Apparently the Maple Leafs will still be without a noteworthy player or two anyway, even though their losses aren’t nearly as significant as the prospect of being without Marner.

Head coach Mike Babcock estimates that forward Zach Hyman could miss approximately 14-15 games, while defenseman Travis Dermott may be sidelined for a similar span (12-14 games), according to TSN’s Karen Shilton.

If that forecast is correct, then the Maple Leafs could anticipate Hyman and Dermott back sometimes during this range:

Game 12 – Oct. 25: home vs. Sharks
Game 13 – Oct. 26: at Canadiens
Game 14 – Oct. 29: home vs. Capitals
Game 15 – Nov. 2: at Flyers

Naturally, when it comes to injuries, things can change. Ailments can worsen, or players can heal up faster than expected.

All due respect to two useful players in Dermott and Hyman, but the cap management aspect — particularly use of LTIR, and juggling once they’re ready to come back — is likely the most interesting part of this situation.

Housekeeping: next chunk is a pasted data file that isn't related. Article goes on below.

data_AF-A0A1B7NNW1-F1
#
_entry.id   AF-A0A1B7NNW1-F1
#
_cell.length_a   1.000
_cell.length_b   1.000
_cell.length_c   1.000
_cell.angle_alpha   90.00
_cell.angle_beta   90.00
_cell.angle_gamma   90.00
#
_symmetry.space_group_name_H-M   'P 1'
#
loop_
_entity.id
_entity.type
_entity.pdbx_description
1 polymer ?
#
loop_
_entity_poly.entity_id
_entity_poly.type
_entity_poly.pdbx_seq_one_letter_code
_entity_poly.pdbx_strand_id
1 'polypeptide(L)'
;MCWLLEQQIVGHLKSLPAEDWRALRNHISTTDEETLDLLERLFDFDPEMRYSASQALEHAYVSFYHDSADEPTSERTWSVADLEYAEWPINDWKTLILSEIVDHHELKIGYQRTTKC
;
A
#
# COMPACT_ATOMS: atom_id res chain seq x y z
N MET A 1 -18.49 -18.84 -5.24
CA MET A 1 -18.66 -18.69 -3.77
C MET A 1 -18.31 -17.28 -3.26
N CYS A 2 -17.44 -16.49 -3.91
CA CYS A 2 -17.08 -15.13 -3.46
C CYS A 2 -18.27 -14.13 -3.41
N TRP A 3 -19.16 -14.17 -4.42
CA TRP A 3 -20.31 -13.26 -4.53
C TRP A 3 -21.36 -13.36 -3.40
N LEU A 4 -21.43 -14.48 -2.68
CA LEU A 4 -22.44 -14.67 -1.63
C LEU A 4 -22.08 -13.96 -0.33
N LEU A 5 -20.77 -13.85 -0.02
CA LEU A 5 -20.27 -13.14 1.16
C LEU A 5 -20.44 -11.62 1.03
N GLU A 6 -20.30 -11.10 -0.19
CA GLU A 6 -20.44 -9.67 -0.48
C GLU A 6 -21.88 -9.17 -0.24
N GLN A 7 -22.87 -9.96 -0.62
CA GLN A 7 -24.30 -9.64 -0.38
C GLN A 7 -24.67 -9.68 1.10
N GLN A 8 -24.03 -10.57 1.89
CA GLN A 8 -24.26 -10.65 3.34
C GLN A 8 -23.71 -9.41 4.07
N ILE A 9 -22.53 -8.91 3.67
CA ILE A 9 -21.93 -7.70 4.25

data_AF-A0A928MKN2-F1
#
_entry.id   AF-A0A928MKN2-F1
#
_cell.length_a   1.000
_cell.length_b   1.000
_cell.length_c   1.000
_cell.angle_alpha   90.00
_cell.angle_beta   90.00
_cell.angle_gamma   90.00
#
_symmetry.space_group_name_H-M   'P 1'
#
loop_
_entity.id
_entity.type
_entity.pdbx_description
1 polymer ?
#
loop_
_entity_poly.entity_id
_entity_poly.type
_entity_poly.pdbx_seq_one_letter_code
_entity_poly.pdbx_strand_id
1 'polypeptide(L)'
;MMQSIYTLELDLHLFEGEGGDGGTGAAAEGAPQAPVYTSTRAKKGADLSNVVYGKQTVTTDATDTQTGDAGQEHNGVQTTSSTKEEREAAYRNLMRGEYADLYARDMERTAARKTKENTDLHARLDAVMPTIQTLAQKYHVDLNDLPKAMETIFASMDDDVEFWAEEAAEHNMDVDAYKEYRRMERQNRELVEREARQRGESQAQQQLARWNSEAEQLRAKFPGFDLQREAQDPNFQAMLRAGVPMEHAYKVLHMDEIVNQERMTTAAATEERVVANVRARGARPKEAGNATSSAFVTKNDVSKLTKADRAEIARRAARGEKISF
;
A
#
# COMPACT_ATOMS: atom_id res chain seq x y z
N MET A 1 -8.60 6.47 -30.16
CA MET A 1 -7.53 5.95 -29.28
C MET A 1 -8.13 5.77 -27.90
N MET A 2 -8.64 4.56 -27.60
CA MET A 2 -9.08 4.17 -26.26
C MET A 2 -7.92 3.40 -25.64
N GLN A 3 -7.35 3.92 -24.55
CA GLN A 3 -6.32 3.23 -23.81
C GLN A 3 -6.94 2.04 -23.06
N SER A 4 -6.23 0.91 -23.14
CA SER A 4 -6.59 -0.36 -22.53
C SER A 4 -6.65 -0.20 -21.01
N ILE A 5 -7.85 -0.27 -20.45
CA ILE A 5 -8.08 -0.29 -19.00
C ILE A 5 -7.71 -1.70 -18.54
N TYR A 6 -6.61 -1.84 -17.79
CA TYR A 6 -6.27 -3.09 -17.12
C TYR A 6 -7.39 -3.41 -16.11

We already know that Nathan Horton ($5.3M AAV) and David Clarkson ($5.25M) will be on LTIR through the final season of their tragic contracts, providing $10.55M. Hyman carries $2.25M, while Dermott weighs in at $863K. The window for an LTIR stay is at least 10 games and 24 days, so one would expect that Hyman and Dermott would join Clarkson and Horton on LTIR. With Dermott’s cost fairly minimal, things would be most cramped once Hyman is healthy enough to play again. Will Toronto be forced to make a trade, or waive someone they’d rather keep?

Losing Hyman and Dermott for what sounds like close to a month isn’t great to begin with, but things could be especially tricky once they can actually play.

Although the Maple Leafs solved some of their biggest riddles, they’ll still need to answer more questions in the short term, so Babcock could be a busy man — almost as busy as Kyle Dubas.

(H/T to Rotoworld.)

MORE:
• ProHockeyTalk’s 2019 NHL free agency tracker
• Your 2019-20 NHL on NBC TV schedule

James O’Brien is a writer for Pro Hockey Talk on NBC Sports. Drop him a line at phtblog@nbcsports.com or follow him on Twitter @cyclelikesedins.

Bruins get another major bargain with McAvoy contract

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Over and over again, the Boston Bruins find ways to sign core players at stunning discounts. They pulled off another steal with budding star defenseman Charlie McAvoy on Sunday.